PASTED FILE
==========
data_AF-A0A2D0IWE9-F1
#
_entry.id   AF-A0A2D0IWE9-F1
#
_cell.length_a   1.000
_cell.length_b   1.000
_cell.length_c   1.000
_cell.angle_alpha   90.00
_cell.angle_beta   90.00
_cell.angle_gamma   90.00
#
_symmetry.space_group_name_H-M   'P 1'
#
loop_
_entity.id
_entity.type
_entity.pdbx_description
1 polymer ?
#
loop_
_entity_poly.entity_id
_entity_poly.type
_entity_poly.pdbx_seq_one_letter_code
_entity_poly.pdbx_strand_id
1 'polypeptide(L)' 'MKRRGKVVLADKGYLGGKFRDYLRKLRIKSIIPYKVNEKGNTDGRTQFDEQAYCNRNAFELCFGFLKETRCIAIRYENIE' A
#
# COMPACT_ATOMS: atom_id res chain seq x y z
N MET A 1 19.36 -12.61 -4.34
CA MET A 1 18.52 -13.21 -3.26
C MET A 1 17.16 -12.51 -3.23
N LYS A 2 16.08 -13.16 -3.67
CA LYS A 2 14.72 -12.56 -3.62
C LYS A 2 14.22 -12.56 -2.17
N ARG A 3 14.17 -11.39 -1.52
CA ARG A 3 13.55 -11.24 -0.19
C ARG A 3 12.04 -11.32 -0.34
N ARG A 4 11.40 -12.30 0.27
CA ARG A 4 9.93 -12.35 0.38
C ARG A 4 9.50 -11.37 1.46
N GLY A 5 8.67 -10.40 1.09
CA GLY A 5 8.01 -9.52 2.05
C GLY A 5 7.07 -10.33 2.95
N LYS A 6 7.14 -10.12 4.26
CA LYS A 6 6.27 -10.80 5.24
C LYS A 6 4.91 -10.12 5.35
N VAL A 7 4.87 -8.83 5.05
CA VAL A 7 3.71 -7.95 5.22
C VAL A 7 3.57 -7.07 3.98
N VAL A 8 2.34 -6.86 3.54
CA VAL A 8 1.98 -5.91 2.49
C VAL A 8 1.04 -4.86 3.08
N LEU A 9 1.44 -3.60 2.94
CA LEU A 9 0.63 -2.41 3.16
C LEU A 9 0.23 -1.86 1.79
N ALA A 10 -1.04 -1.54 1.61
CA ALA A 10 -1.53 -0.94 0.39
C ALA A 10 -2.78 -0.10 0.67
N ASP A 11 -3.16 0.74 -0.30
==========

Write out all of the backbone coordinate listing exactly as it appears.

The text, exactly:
data_AF-A0A2D0IWE9-F1
#
_entry.id   AF-A0A2D0IWE9-F1
#
_cell.length_a   1.000
_cell.length_b   1.000
_cell.length_c   1.000
_cell.angle_alpha   90.00
_cell.angle_beta   90.00
_cell.angle_gamma   90.00
#
_symmetry.space_group_name_H-M   'P 1'
#
loop_
_entity.id
_entity.type
_entity.pdbx_description
1 polymer ?
#
loop_
_entity_poly.entity_id
_entity_poly.type
_entity_poly.pdbx_seq_one_letter_code
_entity_poly.pdbx_strand_id
1 'polypeptide(L)' 'MKRRGKVVLADKGYLGGKFRDYLRKLRIKSIIPYKVNEKGNTDGRTQFDEQAYCNRNAFELCFGFLKETRCIAIRYENIE' A
#
# COMPACT_ATOMS: atom_id res chain seq x y z
N MET A 1 19.36 -12.61 -4.34
CA MET A 1 18.52 -13.21 -3.26
C MET A 1 17.16 -12.51 -3.23
N LYS A 2 16.08 -13.16 -3.67
CA LYS A 2 14.72 -12.56 -3.62
C LYS A 2 14.22 -12.56 -2.17
N ARG A 3 14.17 -11.39 -1.52
CA ARG A 3 13.55 -11.24 -0.19
C ARG A 3 12.04 -11.32 -0.34
N ARG A 4 11.40 -12.30 0.27
CA ARG A 4 9.93 -12.35 0.38
C ARG A 4 9.50 -11.37 1.46
N GLY A 5 8.67 -10.40 1.09
CA GLY A 5 8.01 -9.52 2.05
C GLY A 5 7.07 -10.33 2.95
N LYS A 6 7.14 -10.12 4.26
CA LYS A 6 6.27 -10.80 5.24
C LYS A 6 4.91 -10.12 5.35
N VAL A 7 4.87 -8.83 5.05
CA VAL A 7 3.71 -7.95 5.22
C VAL A 7 3.57 -7.07 3.98
N VAL A 8 2.34 -6.86 3.54
CA VAL A 8 1.98 -5.91 2.49
C VAL A 8 1.04 -4.86 3.08
N LEU A 9 1.44 -3.60 2.94
CA LEU A 9 0.63 -2.41 3.16
C LEU A 9 0.23 -1.86 1.79
N ALA A 10 -1.04 -1.54 1.61
CA ALA A 10 -1.53 -0.94 0.39
C ALA A 10 -2.78 -0.10 0.67
N ASP A 11 -3.16 0.74 -0.30